WWI Photography US in London detail
WWI Photography Catalog

The Fine Print

AddThis Social Bookmark Button

« WIlliam Shockley on the Economics of Atomic Bombing, 1945 | Main | Word Art: the Geographical Vocabulary of Edwin Abbott's "Flatland" »

Comments

Jeff Donlan

I wonder where this sensibility comes from--the all-in-one, self-sufficient aircraft--and I thought of Noah's Ark and even more of a pirate ship sailing free over the seas. It seems to be one manifestation of the wish for almost magical freedom and yet at the same time it is
imagined in a way that is curiously bound by earthly constraints. But that's the magical part, I guess--the quarter-mile wide sphere going 100 mph. The ability to fly is dream-like; the sources of power supernatural. It all seems to express desire rather than a proposal. It's much more Howl's Moving Castle than Leonardo's sketches of flying machines. (Aah! Battery's low. Must go.)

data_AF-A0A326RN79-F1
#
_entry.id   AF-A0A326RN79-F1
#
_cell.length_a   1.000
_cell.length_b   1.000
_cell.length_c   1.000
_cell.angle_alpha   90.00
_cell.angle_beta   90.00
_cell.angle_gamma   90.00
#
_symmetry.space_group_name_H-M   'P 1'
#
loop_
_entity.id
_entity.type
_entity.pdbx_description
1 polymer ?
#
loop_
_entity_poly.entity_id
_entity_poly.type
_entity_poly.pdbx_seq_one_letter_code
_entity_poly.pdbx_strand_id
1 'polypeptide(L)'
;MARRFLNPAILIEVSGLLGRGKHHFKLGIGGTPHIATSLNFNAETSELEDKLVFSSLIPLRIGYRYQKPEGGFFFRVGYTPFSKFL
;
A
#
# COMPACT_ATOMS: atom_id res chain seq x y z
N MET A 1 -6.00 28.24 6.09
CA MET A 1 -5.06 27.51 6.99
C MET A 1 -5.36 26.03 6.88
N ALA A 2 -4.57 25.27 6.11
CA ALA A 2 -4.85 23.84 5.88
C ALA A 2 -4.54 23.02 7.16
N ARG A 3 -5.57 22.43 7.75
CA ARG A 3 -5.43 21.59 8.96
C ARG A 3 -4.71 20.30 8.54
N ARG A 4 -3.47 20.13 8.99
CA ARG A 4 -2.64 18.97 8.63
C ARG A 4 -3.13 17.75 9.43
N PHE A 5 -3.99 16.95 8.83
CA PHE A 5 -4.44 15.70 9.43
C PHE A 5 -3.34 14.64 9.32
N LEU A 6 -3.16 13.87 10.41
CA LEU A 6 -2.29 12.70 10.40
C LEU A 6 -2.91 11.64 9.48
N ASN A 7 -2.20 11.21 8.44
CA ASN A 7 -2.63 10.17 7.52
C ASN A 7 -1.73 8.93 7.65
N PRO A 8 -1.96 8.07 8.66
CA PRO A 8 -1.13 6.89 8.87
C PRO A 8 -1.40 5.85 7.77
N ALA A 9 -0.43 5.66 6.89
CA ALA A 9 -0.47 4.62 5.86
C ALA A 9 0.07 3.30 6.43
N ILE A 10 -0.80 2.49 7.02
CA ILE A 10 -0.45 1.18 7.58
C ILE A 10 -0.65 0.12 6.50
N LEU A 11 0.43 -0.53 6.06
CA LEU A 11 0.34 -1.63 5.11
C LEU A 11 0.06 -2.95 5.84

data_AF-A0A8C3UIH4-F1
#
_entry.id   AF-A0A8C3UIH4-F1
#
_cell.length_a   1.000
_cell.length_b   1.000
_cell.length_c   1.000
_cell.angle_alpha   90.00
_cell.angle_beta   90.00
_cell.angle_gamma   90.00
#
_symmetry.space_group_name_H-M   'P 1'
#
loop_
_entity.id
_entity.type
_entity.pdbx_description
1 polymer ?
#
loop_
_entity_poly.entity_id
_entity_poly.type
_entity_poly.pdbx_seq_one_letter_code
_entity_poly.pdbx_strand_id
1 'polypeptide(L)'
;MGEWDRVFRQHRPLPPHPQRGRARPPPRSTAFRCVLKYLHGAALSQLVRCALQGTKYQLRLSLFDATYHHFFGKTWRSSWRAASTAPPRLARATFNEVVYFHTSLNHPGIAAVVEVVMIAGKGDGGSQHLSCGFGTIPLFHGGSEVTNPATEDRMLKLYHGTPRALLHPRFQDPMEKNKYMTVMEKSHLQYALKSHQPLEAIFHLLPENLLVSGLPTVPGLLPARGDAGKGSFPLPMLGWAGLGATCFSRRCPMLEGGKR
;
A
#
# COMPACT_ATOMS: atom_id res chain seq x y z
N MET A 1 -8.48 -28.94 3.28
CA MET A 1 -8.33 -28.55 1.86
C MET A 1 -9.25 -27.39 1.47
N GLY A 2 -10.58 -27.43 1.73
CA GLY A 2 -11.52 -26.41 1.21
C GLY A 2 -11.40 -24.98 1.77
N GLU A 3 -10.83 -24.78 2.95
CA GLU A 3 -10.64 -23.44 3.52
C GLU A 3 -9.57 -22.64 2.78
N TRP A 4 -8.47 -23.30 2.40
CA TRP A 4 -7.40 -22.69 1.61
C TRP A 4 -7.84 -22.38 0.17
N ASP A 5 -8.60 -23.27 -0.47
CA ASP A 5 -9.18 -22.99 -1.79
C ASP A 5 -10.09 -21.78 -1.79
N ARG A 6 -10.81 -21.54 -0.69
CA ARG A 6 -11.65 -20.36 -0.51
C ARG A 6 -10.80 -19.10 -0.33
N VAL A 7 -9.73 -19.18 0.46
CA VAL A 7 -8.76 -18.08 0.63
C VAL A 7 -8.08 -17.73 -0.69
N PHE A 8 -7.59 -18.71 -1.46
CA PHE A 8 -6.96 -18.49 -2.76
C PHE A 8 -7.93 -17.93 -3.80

John F. Ptak

Very interesting idea, Jeff: *you* should've written this post. Noah probably went too far, taking everything (and then 2x that in some cases). I guess travel with everything would've been limited to ships, as you said--and then to monstrous airships, which in the second case here would've been a floating thing that was about as big as anything humans had ever made, and certainly the largest movable thing. And then it flew, fast.

I like the freedom-but-not-so-much-of-it-that-I-could-afford-to-leave-so-much-behind pathos.

John F. Ptak

Oh yes--then there's the Going-on-a-trip-with-all-your-importnat-stuff, but DEAD, category. Too bad the folks in the Monster Balloon weren't revealed as being dead at the end of the script.

The comments to this entry are closed.

Categories